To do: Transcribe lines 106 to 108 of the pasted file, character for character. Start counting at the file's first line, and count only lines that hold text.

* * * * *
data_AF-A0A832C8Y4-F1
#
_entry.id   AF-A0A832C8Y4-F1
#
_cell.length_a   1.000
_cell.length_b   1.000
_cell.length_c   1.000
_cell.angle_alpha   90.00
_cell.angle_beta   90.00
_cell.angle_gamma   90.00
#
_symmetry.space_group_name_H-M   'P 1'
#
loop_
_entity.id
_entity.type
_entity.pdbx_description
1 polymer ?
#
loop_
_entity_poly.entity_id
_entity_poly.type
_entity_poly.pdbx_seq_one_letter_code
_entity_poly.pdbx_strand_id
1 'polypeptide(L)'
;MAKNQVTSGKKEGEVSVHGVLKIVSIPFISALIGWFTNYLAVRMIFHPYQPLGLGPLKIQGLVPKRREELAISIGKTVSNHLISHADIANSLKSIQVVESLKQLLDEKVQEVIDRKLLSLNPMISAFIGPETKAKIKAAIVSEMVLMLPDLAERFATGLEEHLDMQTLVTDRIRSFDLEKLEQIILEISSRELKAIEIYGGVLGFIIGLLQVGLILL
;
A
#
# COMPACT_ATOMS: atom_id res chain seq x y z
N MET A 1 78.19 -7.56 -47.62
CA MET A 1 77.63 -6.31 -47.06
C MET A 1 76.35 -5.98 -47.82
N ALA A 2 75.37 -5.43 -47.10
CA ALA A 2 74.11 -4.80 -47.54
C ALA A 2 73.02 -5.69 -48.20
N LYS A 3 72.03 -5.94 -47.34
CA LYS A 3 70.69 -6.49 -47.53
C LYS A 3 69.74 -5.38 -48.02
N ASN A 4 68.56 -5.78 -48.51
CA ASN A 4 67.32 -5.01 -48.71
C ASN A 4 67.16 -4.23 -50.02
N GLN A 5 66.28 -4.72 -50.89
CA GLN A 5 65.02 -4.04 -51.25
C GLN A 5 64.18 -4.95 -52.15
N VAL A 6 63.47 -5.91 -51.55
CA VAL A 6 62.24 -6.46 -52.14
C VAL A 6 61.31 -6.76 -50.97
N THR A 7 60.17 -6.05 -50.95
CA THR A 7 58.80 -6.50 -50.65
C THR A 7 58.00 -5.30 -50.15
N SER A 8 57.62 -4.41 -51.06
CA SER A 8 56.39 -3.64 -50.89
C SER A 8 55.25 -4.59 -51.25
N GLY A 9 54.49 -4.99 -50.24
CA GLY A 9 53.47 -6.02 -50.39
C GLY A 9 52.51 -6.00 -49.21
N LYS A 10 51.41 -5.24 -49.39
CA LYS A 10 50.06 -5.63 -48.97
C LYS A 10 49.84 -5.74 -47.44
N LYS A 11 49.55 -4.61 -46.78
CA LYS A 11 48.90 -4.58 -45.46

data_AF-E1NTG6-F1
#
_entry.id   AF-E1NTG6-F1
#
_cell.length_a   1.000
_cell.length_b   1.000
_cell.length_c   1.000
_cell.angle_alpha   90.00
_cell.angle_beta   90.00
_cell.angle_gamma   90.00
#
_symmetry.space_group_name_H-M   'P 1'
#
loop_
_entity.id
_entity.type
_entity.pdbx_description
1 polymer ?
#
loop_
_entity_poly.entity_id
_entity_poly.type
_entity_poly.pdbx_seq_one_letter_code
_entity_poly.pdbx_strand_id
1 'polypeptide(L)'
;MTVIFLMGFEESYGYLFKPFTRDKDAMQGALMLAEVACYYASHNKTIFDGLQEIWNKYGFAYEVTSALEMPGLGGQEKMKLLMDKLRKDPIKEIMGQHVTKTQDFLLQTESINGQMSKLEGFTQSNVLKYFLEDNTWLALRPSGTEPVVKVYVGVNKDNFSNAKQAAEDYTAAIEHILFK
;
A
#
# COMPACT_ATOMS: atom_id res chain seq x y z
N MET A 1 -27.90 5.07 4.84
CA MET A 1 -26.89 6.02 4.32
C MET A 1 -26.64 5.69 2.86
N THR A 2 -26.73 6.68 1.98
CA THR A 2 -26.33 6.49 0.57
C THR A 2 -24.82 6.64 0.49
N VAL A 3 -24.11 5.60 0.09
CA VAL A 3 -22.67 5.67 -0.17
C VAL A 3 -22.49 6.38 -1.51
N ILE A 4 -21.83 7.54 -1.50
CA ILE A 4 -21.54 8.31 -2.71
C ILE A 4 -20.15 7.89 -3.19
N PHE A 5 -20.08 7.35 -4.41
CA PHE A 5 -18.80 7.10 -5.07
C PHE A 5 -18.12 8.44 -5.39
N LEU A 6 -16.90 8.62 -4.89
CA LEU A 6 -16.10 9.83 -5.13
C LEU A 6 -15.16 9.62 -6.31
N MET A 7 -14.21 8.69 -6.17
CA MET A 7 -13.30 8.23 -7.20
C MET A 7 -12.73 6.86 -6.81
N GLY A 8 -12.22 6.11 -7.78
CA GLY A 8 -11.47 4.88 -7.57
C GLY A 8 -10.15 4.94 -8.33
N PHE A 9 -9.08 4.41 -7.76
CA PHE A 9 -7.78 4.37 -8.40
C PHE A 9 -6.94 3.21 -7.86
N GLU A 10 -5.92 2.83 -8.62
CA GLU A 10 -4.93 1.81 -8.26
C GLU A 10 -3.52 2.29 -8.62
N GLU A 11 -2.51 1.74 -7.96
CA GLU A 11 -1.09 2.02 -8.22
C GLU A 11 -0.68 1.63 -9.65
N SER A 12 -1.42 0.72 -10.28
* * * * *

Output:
CA PHE A 5 -18.80 7.10 -5.07
C PHE A 5 -18.12 8.44 -5.39
N LEU A 6 -16.90 8.62 -4.89